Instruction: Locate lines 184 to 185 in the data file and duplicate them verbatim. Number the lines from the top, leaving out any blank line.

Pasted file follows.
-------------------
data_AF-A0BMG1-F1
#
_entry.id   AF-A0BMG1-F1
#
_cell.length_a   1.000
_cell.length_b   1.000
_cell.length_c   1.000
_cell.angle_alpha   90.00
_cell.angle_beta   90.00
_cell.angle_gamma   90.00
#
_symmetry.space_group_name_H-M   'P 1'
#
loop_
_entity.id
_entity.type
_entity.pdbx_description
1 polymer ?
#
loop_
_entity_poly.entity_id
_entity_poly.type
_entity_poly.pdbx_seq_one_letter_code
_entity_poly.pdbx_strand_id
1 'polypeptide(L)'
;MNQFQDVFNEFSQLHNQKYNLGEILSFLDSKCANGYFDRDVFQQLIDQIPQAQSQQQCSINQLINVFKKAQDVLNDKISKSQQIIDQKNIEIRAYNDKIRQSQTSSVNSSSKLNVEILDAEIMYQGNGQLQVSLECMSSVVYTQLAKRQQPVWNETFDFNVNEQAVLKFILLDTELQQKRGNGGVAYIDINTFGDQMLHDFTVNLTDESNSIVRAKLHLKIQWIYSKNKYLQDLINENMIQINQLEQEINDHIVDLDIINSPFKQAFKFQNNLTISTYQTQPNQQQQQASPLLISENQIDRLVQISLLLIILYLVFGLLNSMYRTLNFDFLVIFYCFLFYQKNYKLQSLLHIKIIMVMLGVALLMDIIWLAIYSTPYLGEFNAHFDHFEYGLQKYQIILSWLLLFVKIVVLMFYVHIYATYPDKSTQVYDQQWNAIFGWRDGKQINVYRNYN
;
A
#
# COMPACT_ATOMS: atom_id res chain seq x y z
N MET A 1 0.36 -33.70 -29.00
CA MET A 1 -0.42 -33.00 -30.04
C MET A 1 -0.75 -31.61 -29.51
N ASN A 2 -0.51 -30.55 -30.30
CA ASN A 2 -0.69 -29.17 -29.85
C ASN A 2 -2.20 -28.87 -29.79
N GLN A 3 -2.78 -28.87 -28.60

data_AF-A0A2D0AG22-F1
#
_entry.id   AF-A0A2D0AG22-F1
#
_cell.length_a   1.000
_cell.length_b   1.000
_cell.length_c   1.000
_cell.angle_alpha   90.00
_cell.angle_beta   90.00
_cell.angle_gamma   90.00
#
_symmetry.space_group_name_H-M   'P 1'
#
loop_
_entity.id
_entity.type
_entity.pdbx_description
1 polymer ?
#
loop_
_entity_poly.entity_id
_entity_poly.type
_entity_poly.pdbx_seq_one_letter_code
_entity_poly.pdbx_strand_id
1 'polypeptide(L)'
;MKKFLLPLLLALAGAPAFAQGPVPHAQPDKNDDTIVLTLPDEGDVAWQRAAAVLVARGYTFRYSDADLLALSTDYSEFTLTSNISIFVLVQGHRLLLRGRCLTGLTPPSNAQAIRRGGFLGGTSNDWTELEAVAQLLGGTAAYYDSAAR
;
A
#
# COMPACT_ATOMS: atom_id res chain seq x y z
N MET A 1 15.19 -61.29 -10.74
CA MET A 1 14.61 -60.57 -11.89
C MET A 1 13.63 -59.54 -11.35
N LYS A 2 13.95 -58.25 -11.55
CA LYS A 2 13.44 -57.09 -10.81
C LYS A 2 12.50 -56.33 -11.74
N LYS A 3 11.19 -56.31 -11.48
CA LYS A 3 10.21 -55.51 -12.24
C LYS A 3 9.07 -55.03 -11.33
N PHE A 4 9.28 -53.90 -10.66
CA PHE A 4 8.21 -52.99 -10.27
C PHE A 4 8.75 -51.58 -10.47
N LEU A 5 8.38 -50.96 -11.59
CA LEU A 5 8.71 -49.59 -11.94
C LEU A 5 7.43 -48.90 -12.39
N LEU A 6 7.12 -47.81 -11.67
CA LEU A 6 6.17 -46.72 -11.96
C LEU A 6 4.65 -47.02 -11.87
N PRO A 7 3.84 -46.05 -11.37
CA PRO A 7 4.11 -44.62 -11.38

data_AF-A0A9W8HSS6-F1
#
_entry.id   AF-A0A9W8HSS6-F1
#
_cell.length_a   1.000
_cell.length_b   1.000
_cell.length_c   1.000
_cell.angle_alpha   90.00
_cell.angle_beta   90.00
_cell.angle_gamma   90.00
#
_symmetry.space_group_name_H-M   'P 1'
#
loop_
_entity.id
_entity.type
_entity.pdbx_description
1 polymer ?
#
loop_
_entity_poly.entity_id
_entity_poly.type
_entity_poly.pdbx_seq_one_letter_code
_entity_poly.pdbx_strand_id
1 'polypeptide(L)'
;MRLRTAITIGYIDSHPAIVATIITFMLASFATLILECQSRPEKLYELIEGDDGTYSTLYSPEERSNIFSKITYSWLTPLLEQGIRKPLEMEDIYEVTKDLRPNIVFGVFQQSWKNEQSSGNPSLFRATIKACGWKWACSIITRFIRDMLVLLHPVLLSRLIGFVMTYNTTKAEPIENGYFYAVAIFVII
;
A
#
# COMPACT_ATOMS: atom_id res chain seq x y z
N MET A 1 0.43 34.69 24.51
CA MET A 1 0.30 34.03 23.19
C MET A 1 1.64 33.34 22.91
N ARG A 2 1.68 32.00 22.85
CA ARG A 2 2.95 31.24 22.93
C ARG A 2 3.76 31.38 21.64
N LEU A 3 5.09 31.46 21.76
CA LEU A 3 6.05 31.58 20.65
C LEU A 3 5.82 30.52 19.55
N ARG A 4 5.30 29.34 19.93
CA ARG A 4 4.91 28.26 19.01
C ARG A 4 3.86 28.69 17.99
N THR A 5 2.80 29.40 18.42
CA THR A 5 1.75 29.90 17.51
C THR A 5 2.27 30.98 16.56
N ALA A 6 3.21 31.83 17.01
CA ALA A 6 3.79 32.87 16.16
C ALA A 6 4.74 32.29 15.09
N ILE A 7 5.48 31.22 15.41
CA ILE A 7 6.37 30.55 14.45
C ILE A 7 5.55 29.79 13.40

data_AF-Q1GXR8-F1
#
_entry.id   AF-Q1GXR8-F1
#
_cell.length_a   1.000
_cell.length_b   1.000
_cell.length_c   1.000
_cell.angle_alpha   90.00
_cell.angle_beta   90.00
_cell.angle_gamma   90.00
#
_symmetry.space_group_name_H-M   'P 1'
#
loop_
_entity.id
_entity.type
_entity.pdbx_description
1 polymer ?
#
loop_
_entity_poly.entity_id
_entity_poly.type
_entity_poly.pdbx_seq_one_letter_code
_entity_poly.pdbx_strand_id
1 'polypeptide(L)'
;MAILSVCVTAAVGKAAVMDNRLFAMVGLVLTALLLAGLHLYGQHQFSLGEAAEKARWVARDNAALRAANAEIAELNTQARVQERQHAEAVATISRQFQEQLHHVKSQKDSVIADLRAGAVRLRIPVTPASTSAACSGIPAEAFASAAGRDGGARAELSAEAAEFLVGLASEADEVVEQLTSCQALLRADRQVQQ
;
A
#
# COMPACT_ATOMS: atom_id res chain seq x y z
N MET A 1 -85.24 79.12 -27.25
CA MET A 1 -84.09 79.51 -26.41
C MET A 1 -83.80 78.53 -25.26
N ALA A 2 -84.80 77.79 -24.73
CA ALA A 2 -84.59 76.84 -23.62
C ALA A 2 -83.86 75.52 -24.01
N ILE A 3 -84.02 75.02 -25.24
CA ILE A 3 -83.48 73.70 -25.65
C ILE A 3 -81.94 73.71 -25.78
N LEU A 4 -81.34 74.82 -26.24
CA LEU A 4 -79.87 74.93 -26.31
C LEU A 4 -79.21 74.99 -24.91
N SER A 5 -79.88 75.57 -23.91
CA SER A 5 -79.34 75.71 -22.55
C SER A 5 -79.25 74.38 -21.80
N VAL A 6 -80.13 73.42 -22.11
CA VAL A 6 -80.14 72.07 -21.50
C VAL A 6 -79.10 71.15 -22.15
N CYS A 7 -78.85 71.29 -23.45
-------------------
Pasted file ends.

N VAL A 6 -80.13 73.42 -22.11
CA VAL A 6 -80.14 72.07 -21.50